Sports Training And Yoga Practice

YOGA and sport are often seen in opposition, by nature of the quiet approach in yoga in contrast to the competitiveness of sport. In yoga we talk about practice, whereas in sport emphasis is placed upon training. What is most important however, is the attitude towards the development and the attainment of the individual’s aim.

As a former athlete and runner for France, I was taught to win. When I took up yoga thirty years ago, that drive to push the body to its limits was still in me. It was only after several years into yoga that I understood the difference between training and practice: training is for the future; practice is for the now. Over the years, I have too often observed amongst the sports enthusiasts and end-gaining yoga students alike, a certain degree of aggression and eagerness that unavoidably led them to punishing the body and molesting the soul. The result is a tightness of the joints, a shortening of the muscles and an overall disharmony between the inner self and the outer body.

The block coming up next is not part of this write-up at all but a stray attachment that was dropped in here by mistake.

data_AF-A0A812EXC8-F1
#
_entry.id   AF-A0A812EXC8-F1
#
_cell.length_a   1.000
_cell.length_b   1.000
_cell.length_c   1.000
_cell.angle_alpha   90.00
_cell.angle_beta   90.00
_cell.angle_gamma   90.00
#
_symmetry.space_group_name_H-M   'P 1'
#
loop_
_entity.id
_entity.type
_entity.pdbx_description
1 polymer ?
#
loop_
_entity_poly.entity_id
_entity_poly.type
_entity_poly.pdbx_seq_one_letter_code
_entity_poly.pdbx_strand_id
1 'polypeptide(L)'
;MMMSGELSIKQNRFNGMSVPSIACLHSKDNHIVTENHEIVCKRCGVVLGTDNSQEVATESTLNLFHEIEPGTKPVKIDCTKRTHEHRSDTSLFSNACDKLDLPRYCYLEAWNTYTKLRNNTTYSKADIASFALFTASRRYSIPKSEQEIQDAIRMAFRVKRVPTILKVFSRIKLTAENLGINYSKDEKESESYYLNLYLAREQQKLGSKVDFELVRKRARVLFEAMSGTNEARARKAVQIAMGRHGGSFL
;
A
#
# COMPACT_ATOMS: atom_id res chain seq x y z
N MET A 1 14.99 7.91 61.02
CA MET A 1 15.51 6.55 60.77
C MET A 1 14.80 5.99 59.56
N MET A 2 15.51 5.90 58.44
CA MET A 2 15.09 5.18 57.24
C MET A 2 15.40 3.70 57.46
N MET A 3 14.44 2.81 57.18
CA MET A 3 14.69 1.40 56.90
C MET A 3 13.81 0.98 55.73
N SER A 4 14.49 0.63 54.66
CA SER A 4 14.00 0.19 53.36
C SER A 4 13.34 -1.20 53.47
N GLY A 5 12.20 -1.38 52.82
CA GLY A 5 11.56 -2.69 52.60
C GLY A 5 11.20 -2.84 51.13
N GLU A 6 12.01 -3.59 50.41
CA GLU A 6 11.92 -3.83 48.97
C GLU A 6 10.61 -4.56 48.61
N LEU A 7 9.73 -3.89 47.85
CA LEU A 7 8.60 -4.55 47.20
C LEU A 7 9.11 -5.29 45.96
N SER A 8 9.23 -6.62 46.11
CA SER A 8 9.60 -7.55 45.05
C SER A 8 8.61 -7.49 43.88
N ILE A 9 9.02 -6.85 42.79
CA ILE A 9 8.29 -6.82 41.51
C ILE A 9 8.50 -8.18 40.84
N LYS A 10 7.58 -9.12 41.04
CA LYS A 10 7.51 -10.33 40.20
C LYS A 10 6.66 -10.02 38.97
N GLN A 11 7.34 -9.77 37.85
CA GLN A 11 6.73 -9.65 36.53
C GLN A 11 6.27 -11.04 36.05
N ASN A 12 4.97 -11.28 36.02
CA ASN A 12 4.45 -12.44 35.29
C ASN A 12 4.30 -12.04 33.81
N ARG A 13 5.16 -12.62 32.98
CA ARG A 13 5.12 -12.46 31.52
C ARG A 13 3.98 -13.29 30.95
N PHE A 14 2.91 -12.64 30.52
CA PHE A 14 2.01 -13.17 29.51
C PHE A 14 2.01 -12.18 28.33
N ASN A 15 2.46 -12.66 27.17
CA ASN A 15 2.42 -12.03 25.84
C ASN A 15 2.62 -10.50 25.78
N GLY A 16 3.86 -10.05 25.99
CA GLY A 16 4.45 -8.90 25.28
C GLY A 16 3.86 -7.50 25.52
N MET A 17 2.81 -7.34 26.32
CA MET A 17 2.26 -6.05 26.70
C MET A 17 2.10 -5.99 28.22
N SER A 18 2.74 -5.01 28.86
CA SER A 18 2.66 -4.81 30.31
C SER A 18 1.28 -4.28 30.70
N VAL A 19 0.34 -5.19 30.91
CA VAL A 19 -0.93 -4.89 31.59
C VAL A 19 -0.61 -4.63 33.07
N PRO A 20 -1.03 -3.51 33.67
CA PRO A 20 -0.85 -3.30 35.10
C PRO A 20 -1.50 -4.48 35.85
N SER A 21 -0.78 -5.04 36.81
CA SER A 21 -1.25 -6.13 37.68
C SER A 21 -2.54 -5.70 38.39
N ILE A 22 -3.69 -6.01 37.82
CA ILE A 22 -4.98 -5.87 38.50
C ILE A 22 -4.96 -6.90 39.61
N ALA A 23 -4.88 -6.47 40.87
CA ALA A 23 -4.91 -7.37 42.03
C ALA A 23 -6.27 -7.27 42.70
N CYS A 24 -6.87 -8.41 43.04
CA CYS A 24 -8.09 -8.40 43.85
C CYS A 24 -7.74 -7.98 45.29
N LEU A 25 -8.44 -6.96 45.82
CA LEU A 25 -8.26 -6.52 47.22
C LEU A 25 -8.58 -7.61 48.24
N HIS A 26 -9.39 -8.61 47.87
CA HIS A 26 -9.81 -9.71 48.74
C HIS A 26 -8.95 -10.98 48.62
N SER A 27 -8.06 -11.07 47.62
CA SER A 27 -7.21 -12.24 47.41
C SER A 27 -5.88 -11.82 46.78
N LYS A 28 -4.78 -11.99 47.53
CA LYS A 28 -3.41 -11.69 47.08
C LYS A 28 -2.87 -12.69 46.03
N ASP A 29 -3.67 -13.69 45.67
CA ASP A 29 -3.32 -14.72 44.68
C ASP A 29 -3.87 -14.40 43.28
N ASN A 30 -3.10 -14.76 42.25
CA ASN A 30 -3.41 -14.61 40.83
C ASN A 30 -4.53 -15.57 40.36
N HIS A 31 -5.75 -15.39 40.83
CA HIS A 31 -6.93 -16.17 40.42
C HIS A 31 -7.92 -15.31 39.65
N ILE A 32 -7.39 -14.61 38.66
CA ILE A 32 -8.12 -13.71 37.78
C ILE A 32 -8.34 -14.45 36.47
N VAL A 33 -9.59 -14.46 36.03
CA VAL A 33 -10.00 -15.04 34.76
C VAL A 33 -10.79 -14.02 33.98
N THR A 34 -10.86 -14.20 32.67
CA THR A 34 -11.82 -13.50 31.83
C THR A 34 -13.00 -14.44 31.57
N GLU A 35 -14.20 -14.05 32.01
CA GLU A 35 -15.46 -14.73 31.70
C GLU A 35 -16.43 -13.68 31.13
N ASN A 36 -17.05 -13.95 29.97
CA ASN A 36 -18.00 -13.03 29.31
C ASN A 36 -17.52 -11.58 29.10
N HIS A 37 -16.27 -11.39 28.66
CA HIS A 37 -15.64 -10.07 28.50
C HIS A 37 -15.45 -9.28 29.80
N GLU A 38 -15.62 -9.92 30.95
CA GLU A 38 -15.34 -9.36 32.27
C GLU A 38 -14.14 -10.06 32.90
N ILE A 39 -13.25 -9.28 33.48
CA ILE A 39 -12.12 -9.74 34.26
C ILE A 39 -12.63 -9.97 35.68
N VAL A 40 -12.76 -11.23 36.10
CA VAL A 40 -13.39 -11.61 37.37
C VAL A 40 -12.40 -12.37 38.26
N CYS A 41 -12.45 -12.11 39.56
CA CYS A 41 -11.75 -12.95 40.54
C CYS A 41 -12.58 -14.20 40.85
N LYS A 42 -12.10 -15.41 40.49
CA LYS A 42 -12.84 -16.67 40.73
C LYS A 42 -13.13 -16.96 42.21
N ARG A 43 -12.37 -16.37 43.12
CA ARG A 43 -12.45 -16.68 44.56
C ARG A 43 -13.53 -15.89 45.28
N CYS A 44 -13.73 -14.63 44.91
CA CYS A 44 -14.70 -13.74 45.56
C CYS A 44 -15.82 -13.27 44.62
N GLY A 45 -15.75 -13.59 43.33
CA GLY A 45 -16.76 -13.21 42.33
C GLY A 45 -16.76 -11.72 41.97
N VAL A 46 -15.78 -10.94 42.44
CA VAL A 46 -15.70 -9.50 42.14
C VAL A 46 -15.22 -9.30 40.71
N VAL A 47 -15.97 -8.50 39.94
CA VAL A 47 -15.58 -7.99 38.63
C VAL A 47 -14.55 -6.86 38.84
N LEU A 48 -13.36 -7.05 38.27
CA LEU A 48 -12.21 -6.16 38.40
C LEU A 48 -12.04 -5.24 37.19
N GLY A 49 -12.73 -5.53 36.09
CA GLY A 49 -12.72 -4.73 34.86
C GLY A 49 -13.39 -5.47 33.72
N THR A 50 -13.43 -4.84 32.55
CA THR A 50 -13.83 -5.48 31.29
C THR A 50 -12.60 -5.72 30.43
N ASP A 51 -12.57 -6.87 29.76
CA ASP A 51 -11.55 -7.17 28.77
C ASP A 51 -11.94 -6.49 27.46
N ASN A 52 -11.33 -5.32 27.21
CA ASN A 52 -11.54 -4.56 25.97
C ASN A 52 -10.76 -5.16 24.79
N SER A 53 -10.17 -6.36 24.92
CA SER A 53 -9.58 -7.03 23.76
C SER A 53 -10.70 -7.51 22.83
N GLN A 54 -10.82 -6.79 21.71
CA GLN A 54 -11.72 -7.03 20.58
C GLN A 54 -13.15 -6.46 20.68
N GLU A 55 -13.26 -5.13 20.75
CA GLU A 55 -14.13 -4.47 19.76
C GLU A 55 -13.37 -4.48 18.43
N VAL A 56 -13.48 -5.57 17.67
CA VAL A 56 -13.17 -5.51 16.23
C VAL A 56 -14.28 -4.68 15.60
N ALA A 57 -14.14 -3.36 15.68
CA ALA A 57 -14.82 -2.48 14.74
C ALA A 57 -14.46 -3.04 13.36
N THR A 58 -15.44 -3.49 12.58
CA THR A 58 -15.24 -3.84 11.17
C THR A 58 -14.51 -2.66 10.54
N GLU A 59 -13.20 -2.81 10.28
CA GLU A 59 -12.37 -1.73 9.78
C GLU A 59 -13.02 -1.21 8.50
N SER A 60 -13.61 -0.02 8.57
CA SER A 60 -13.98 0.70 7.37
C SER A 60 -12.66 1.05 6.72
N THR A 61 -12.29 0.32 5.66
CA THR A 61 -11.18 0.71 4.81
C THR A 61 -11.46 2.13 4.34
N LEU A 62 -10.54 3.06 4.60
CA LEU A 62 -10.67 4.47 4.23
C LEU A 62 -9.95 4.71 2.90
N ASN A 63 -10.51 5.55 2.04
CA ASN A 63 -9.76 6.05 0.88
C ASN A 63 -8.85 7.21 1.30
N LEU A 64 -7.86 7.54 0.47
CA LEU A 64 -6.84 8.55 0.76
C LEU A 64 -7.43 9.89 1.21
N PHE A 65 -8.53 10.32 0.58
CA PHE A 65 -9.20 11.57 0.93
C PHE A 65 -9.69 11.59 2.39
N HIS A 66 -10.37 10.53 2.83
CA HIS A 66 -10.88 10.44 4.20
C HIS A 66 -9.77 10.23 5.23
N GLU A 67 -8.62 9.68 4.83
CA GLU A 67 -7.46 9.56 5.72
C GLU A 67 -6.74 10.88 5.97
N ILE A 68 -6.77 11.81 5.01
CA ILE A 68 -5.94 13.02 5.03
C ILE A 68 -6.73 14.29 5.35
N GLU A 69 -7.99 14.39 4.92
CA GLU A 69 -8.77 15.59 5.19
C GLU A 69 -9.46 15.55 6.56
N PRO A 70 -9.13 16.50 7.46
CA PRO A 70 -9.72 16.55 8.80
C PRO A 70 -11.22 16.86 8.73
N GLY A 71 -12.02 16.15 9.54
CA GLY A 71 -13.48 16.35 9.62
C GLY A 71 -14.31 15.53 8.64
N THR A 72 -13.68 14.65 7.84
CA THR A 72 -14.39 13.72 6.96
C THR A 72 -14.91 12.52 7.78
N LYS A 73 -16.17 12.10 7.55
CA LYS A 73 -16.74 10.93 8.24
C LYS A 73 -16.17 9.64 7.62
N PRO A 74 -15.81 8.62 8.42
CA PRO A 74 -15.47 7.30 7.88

In any given sport there is a strong element of competition. I have also observed a similar attitude amongst certain yoga students. There is nothing wrong about competition, provided that it is healthy and ethical. But the minute it creates stress and inner aggression, then it loses its noble value.

It is the attitude of mind that makes the difference.

One has to learn to detach from oneself in order to re-integrate oneself with the whole SELF. Winning becomes an achievement instead of a defeat over the opponent. Furthermore, if one measures oneself to oneself, winning does not mean beating oneself into submission, but entering a little space of heaven.

Instead of using one’s body to tame and master a posture and bring the body into submission, one should allow the space between the limbs to create natural movement and body form; in this way an organic action and not a rigid representation of a certain shape can be achieved. Such a space concept does not mean emptiness, but a living element from which the innermost structure of the Self can be expressed.

Danielle Arin

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